February 23, 2021

quick update

 I've crafty things saved for the next post.  I'm still trying to decide if they were successful or failures.  The ramie I spun was thicker than I wanted, the cake dyed wool is bland, but is growing on me and it seems I may have tied on a warp to the last project and failed miserably in one little section.

  On the weekend though we went for short hikes on both Saturday and Sunday.   Even though our walks are usually less than 3 km, they are a highlight of each week.   It's amazing how being out trudging through the bush on frosty days, can lift one's spirits.   

  I almost wish I had a mask with me though, not because it was cold, but there were way more people out there than we had expected.    It would have been fine on Saturday, but we took the path to the right and everyone else took the one to the left, so we passed everyone on the trail.  On Sunday's hike, it was busy, but we took the correct path, so it wasn't so bad.    Both main parts of the trail were fairly well packed down, which made it easier to trudge through.  The one side spur we took was not so much and we slipped and dragged through that part.

We've had snow regularly over the past few weeks.   I've not had access to my car because it's better in the snow than the truck, so those heading off to work end up using it. It's not that I have any place I need to go, especially since we've just come out of another Covid lockdown.   It's sometimes nice just knowing you can go out if you need to.

 The Ontario Hooking Craft Guild is having their annual convention on-line this year.   Our local guild is doing a virtual rug display.    I was taking a photo of my entry, or trying to.   Phil had been zooming around the house like a crazy cat.    I barely had this rug set down to photograph and he came out of nowhere to plop himself down on the wool rug, as if I'd laid it down specifically for him to check out.    He does look quite at home there.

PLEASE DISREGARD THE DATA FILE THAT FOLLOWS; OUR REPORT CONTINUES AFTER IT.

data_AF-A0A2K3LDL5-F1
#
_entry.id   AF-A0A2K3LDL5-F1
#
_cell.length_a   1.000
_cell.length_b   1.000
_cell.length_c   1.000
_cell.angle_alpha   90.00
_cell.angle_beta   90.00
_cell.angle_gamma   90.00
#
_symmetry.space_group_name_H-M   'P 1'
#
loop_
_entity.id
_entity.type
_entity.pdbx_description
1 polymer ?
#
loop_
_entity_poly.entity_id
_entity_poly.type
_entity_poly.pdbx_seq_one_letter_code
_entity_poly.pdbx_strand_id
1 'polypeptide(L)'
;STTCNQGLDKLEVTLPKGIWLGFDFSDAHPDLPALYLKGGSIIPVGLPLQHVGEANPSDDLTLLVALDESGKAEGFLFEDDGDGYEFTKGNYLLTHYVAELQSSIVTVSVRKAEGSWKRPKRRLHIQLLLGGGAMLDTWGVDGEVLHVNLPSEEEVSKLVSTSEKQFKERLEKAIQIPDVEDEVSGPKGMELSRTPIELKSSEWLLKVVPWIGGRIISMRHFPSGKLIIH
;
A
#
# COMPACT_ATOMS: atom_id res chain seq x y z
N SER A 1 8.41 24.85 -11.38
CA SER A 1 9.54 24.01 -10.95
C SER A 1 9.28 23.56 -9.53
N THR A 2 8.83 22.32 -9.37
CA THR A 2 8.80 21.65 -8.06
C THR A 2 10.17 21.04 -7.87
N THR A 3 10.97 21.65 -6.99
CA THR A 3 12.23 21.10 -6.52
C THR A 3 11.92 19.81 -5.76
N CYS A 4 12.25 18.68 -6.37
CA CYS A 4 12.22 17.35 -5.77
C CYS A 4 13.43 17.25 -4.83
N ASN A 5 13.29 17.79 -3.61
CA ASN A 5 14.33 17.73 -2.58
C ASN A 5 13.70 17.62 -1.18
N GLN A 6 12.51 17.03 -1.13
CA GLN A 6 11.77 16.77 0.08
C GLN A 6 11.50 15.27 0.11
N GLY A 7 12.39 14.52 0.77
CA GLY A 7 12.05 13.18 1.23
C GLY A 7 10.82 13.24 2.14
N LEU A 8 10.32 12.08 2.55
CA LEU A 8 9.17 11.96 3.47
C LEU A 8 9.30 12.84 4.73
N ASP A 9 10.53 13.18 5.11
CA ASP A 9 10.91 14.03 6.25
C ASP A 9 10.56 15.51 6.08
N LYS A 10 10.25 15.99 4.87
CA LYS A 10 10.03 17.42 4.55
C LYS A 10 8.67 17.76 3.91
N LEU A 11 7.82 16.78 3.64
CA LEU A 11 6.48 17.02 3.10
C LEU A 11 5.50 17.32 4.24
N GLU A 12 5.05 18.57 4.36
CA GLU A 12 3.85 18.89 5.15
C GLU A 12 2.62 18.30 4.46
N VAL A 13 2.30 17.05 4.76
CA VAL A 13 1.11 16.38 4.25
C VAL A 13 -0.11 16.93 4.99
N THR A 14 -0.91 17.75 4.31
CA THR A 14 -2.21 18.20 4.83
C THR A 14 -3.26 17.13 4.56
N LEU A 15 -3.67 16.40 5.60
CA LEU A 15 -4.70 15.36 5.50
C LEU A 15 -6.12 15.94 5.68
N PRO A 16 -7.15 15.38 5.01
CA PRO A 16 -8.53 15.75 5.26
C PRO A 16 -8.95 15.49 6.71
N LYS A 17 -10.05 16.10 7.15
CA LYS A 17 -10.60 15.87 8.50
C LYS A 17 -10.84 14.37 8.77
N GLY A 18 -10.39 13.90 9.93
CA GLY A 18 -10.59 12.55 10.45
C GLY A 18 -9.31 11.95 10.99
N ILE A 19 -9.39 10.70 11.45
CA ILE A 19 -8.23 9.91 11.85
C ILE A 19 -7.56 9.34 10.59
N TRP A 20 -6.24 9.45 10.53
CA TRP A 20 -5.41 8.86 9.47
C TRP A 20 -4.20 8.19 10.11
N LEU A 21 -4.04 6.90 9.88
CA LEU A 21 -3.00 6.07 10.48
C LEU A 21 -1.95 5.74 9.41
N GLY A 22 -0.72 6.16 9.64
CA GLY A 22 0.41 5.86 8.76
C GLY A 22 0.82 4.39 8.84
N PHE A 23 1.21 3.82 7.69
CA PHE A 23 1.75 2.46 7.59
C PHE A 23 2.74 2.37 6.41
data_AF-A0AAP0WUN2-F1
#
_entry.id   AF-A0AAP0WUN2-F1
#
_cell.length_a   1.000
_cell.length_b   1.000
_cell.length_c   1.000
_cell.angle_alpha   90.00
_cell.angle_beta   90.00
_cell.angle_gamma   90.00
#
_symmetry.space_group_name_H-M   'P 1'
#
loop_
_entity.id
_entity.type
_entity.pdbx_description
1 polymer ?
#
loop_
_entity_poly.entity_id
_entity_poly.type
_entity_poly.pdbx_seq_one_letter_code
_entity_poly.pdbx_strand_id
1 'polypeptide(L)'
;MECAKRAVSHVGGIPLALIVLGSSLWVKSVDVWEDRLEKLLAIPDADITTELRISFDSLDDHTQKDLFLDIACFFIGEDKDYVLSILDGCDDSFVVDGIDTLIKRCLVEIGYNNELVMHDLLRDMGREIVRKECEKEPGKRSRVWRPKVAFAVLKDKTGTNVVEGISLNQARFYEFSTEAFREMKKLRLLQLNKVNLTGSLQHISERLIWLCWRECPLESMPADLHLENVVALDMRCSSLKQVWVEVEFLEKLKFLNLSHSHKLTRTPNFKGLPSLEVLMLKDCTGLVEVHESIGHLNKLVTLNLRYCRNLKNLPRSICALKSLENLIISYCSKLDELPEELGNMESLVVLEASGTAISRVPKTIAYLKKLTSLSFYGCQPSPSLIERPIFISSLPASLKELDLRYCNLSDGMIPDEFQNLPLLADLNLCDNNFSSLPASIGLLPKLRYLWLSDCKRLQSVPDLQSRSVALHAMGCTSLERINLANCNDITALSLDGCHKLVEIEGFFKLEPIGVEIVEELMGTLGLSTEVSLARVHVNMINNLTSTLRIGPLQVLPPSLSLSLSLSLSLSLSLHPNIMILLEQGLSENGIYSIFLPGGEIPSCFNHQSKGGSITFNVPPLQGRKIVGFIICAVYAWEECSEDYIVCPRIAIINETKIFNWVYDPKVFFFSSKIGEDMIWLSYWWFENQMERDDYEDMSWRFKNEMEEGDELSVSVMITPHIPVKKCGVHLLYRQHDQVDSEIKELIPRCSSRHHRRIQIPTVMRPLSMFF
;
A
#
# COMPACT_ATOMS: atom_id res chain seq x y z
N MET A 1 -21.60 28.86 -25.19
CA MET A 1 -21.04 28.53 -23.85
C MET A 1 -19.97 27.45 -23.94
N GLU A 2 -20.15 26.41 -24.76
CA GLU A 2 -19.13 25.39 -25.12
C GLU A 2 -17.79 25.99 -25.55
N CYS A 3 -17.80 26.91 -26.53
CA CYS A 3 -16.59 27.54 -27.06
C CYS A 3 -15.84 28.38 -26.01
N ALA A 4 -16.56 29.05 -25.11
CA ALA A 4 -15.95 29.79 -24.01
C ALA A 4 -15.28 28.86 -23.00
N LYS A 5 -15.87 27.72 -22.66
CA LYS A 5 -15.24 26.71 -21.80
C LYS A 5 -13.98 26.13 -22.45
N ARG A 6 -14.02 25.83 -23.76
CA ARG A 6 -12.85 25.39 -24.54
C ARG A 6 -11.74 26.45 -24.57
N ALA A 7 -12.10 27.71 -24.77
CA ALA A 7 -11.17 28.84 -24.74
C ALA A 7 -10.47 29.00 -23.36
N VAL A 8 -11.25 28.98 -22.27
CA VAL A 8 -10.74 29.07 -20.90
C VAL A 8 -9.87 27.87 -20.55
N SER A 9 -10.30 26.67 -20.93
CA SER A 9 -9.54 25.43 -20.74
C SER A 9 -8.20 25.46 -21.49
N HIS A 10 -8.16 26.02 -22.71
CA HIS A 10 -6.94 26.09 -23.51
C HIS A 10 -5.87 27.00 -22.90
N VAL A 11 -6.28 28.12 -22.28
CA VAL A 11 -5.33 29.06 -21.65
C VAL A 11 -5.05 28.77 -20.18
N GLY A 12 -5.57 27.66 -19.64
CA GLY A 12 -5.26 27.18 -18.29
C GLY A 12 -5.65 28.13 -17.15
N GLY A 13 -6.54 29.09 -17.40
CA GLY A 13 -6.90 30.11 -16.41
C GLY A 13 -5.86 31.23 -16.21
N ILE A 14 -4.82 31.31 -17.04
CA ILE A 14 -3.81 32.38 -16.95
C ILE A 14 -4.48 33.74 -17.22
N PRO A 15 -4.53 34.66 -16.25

He had been racing around the house for about 10 minutes or maybe 15 and then popped himself down on the rug.  After I shooed him off, he settled himself on his favourite sofa blanket and slept for hours.   He is a real sweetie though.

Spring is coming.   We have temperatures forecast for above freezing.   This means the sap will be running and hopefully we'll be syrupping for the next couple of weekends.


February 15, 2021

Weaving and wool cutting

The pink tea towels are wet finished.   They washed up nicely, although there was a bit more shrinkage than I anticipated.   I don't imagine it was any different from other towels I've made, but just that I haven't woven tea towels in a long while so had forgotten.

I just piled the towels up, without matching the outside colours.  Still, it's easy to see the difference that the weft colours made on the towels.   I wasn't fond of the changes that the darker green made on the colours.  My favourite was using the pale pink.  I ended up weaving the extra towel in the pale pink as well.  I think it kept with the intended colour scheme better.